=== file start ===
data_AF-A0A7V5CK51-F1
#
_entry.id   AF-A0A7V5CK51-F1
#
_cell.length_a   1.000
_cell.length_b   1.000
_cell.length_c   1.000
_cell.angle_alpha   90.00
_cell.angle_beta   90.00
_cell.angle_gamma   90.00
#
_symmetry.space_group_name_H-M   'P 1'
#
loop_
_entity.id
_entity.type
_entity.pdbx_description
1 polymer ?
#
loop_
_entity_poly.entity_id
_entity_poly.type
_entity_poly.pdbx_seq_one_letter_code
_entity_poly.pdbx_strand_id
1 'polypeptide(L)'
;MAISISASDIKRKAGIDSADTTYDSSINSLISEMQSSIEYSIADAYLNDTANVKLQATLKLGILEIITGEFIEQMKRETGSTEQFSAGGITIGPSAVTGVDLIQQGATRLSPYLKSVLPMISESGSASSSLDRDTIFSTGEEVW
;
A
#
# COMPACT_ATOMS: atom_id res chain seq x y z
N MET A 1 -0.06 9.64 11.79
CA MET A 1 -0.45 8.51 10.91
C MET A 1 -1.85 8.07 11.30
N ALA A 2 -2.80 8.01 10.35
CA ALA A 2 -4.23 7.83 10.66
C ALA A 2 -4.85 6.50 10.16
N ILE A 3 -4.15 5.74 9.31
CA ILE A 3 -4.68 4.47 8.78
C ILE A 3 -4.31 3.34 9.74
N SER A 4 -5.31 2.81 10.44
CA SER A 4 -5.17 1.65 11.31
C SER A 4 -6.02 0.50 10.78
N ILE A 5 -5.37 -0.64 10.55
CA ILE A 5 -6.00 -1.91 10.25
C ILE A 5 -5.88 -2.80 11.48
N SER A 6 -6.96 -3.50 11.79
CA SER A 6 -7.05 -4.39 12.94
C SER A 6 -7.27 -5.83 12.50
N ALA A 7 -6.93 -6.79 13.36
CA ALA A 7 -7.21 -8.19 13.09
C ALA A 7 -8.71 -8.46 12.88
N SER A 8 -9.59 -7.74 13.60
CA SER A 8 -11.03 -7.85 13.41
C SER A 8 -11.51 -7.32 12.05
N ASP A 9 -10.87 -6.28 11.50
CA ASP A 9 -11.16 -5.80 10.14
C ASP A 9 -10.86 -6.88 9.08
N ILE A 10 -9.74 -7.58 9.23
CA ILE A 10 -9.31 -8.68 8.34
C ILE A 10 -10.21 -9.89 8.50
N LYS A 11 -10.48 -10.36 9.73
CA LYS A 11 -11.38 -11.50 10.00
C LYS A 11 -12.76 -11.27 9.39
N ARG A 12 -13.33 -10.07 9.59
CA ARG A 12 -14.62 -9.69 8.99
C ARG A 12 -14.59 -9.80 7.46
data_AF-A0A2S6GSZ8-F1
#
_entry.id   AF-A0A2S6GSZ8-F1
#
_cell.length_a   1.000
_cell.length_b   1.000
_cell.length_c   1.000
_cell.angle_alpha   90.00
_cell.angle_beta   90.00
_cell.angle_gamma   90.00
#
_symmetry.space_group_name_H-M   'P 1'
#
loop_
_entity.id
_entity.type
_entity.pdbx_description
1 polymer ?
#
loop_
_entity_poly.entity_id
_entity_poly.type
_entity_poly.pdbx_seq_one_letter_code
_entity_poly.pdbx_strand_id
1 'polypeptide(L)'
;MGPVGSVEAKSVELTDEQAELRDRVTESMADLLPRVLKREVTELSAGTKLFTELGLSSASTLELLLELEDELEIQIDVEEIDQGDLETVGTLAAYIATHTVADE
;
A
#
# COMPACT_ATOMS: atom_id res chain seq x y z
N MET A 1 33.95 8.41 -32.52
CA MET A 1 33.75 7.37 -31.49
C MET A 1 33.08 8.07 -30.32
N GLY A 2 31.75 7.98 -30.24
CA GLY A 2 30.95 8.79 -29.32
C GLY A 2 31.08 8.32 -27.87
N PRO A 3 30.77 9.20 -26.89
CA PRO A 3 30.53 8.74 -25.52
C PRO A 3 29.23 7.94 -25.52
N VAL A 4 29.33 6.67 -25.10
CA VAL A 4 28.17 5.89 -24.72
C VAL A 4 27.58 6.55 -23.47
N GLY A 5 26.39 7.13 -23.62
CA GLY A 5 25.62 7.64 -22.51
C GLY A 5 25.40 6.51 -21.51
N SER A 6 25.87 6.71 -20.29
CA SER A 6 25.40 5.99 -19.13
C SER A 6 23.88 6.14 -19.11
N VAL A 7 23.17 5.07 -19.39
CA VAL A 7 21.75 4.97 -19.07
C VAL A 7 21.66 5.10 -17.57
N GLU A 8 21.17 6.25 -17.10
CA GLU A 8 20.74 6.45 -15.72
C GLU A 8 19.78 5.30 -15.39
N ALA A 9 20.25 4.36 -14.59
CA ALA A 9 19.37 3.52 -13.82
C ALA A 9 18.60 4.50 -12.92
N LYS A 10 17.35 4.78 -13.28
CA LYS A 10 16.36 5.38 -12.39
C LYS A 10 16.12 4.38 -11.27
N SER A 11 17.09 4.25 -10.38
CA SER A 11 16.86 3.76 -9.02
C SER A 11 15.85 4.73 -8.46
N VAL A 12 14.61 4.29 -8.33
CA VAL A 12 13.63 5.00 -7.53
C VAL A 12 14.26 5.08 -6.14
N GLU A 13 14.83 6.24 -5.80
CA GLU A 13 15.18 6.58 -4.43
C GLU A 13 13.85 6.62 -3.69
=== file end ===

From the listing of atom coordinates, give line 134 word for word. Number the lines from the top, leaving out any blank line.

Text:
CA GLU A 13 15.18 6.58 -4.43